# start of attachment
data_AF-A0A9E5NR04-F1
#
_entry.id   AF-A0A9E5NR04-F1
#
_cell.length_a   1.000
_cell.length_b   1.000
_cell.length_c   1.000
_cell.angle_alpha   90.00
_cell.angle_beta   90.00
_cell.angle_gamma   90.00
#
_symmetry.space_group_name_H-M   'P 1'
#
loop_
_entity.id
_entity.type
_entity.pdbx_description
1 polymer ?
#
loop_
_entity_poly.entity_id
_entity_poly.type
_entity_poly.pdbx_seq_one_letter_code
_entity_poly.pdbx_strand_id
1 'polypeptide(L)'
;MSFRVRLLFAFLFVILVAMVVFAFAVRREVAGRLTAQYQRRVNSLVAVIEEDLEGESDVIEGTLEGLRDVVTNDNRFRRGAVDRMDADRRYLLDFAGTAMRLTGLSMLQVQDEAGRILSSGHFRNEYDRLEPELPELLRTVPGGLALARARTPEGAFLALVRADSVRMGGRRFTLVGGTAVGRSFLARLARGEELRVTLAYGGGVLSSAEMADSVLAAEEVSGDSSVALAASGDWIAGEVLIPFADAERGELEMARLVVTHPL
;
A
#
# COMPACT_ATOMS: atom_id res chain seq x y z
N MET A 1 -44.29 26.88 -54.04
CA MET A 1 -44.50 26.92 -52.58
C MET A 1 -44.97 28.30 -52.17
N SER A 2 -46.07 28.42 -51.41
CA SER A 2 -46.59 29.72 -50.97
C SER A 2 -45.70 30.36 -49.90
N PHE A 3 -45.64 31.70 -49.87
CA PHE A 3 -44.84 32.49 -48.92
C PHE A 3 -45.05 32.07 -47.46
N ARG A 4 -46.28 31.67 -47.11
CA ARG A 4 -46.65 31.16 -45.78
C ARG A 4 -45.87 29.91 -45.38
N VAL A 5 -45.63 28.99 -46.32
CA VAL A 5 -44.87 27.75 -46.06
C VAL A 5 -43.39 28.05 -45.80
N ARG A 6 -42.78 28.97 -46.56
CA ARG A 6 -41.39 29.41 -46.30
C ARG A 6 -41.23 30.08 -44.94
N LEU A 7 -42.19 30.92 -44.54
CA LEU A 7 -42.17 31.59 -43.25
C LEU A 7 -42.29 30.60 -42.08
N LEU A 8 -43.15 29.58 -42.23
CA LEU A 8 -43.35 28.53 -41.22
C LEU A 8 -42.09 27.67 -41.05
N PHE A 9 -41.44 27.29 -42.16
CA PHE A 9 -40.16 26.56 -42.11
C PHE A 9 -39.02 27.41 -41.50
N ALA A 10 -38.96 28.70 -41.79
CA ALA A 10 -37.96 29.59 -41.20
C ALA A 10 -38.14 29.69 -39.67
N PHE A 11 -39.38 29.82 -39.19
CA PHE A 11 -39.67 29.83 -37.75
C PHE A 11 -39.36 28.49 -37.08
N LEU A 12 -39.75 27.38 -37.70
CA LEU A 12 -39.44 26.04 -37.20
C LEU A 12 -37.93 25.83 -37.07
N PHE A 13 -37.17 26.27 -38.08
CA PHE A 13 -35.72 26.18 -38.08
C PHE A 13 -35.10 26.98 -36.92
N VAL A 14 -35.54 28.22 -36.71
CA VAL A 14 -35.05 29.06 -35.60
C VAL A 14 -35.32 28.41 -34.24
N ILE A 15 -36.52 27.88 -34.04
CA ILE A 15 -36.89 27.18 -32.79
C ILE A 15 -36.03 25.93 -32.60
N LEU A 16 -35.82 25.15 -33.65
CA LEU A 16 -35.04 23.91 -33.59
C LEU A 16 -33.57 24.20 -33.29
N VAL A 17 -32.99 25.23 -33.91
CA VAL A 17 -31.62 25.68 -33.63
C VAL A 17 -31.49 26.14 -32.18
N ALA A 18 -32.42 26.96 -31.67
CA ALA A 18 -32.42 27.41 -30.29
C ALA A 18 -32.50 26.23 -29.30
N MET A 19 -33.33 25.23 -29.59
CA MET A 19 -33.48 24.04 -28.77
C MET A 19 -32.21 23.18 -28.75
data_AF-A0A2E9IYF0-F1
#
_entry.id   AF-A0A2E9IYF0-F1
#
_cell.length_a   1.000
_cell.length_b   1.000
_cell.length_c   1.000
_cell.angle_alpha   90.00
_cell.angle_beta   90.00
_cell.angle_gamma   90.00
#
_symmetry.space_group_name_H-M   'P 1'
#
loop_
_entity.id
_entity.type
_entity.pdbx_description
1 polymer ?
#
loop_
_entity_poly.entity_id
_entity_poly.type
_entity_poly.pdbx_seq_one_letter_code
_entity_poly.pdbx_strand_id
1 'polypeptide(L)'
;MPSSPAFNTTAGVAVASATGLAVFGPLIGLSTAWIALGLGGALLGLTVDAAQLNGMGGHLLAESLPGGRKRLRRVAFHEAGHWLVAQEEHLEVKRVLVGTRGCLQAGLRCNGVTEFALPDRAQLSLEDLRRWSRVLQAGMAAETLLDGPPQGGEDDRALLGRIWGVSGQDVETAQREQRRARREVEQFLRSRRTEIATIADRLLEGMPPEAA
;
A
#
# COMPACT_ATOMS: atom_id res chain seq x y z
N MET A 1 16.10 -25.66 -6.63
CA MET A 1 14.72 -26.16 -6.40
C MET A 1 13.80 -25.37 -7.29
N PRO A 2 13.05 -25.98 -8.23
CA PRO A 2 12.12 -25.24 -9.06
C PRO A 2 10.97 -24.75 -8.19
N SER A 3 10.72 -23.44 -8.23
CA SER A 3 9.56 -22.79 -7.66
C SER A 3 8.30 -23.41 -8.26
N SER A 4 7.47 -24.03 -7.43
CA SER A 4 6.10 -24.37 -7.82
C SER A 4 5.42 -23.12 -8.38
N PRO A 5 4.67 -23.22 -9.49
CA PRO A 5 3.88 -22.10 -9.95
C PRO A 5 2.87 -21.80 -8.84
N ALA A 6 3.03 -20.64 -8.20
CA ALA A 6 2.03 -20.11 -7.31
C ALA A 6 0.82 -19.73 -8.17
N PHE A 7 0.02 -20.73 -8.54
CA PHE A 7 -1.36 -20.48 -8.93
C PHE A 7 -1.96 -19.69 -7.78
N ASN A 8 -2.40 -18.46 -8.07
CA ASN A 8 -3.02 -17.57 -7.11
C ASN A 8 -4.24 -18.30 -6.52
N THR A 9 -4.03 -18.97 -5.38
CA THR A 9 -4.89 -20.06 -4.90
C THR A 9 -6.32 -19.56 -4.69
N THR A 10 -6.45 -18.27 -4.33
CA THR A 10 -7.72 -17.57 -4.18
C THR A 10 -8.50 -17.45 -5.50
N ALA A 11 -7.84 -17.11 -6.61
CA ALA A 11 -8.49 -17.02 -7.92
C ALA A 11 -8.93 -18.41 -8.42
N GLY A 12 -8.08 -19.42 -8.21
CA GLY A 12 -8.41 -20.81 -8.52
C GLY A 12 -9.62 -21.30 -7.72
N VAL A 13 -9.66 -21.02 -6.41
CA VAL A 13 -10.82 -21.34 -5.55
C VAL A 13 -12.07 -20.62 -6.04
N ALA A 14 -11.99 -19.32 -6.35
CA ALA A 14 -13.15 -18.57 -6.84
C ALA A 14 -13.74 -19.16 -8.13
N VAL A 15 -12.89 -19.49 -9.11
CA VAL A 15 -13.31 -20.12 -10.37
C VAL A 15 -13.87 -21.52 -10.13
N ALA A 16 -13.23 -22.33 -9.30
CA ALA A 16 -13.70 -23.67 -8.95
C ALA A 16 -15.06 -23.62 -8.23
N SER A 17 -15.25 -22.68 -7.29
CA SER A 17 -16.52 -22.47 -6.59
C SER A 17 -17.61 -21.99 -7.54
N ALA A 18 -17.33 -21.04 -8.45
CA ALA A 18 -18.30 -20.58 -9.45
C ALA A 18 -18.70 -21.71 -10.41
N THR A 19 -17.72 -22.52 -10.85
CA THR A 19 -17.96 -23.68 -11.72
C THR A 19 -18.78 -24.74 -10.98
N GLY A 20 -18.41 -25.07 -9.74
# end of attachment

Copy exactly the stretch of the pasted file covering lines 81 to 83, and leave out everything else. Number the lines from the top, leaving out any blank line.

C VAL A 17 -31.49 26.14 -32.18
N ALA A 18 -32.42 26.96 -31.67
CA ALA A 18 -32.42 27.41 -30.29